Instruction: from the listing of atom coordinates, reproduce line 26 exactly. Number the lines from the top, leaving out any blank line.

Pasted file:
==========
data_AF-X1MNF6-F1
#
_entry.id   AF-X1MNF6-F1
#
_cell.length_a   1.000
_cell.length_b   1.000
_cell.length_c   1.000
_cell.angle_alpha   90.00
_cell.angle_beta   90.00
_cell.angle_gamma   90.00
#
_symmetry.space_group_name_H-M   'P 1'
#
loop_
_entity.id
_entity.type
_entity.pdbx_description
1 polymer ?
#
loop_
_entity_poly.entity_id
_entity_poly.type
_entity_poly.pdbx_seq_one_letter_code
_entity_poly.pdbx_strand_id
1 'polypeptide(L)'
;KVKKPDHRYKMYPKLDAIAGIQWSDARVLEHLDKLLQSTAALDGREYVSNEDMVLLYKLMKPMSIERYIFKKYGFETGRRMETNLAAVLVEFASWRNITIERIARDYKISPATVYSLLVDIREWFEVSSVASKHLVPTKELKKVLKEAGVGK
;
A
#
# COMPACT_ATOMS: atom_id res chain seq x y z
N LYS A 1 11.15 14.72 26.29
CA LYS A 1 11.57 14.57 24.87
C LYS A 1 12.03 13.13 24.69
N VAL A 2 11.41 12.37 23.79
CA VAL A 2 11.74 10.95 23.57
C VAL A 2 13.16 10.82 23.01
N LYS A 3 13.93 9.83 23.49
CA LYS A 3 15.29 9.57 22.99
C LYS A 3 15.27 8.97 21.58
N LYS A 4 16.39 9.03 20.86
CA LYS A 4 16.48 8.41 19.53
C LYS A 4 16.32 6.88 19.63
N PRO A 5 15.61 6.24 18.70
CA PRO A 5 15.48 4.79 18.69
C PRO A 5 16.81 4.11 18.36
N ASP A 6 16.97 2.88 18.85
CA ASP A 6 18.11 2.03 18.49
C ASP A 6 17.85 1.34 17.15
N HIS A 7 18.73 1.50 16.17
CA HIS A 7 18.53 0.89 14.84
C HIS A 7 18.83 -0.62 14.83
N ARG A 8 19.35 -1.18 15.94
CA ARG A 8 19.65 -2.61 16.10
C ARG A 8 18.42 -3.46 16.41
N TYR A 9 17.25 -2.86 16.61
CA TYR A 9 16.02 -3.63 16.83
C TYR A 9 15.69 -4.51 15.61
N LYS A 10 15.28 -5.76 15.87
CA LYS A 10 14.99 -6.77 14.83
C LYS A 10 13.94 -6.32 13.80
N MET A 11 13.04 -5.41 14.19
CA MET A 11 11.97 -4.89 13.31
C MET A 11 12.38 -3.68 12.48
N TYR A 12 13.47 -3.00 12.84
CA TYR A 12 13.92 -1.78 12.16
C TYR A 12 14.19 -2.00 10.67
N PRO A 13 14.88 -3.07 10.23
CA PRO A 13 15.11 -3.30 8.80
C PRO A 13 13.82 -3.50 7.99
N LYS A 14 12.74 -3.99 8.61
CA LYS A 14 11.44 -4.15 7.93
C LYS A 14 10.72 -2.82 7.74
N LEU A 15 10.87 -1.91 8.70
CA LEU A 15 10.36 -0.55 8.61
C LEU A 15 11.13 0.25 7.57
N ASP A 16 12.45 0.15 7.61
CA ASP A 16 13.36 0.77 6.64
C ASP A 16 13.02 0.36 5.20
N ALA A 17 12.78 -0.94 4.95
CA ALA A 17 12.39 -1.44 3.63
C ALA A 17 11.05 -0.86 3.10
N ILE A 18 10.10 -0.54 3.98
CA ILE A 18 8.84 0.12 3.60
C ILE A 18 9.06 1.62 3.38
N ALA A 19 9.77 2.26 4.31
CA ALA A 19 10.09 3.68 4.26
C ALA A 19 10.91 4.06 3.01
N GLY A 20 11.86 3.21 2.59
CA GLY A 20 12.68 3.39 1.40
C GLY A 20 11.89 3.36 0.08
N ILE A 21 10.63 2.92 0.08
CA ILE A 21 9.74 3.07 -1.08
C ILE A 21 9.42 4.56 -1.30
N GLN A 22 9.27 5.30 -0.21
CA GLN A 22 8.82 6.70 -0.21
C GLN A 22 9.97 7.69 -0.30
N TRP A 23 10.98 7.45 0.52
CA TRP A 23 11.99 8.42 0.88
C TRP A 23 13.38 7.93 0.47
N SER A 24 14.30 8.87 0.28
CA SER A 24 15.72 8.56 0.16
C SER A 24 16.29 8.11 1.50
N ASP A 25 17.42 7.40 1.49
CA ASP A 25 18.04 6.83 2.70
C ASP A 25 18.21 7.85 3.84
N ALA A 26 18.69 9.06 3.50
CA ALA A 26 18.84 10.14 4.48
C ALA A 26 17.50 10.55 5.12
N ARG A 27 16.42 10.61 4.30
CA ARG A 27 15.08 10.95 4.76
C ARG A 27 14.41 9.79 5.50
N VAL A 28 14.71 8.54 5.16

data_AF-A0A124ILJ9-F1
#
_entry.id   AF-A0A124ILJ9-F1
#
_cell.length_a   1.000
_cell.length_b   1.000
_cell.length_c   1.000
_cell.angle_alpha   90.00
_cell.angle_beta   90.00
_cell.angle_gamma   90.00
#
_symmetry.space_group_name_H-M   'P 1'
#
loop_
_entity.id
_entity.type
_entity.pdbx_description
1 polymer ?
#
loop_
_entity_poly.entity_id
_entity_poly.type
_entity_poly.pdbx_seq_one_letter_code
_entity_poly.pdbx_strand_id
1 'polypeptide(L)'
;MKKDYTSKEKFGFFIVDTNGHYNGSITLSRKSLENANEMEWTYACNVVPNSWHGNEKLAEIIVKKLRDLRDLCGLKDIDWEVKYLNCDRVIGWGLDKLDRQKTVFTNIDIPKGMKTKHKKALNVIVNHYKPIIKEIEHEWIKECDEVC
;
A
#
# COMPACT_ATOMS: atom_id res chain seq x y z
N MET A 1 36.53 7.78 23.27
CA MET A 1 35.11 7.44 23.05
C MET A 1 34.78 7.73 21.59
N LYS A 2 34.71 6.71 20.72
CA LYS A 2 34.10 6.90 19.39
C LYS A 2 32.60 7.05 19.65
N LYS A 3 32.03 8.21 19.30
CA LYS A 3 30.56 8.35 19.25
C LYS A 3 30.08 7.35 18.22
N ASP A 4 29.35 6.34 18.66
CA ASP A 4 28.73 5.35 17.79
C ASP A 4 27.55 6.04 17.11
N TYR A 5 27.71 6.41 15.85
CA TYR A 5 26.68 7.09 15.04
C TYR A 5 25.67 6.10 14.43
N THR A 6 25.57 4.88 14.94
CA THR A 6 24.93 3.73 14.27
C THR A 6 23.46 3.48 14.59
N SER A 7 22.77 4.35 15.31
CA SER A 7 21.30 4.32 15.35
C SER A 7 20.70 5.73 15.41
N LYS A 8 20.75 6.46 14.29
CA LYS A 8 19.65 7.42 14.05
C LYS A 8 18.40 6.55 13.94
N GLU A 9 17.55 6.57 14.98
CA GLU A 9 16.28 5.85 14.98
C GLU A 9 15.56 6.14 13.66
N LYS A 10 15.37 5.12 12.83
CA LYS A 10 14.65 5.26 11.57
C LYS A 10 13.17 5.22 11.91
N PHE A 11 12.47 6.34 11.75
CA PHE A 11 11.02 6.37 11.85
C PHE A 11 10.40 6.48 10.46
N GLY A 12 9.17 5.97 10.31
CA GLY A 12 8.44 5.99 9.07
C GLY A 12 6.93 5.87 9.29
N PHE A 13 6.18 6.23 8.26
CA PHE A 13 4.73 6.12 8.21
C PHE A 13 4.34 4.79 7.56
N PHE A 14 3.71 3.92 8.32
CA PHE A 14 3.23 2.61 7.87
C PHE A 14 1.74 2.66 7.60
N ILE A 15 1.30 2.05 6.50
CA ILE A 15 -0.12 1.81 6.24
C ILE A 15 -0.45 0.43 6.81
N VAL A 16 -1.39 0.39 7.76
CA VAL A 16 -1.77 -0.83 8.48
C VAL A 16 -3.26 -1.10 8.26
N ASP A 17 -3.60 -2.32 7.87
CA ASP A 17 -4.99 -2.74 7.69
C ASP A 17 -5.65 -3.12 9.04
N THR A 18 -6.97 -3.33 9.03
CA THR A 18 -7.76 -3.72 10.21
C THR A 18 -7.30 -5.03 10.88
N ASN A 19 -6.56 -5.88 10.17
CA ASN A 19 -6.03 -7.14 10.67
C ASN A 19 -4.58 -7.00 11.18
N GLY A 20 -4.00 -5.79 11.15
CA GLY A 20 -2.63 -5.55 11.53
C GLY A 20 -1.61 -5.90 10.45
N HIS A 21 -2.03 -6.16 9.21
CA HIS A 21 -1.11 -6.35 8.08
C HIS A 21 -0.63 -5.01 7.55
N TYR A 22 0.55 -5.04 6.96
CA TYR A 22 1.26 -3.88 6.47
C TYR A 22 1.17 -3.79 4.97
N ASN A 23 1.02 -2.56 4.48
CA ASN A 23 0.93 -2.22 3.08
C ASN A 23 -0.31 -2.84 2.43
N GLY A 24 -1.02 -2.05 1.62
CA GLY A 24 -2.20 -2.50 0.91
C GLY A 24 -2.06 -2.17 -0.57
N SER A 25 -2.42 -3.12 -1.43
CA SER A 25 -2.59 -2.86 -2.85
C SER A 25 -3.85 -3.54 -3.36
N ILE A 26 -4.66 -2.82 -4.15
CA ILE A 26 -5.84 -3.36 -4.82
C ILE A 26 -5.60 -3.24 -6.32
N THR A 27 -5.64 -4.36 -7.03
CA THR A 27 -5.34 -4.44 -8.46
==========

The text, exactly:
;KVKKPDHRYKMYPKLDAIAGIQWSDARVLEHLDKLLQSTAALDGREYVSNEDMVLLYKLMKPMSIERYIFKKYGFETGRRMETNLAAVLVEFASWRNITIERIARDYKISPATVYSLLVDIREWFEVSSVASKHLVPTKELKKVLKEAGVGK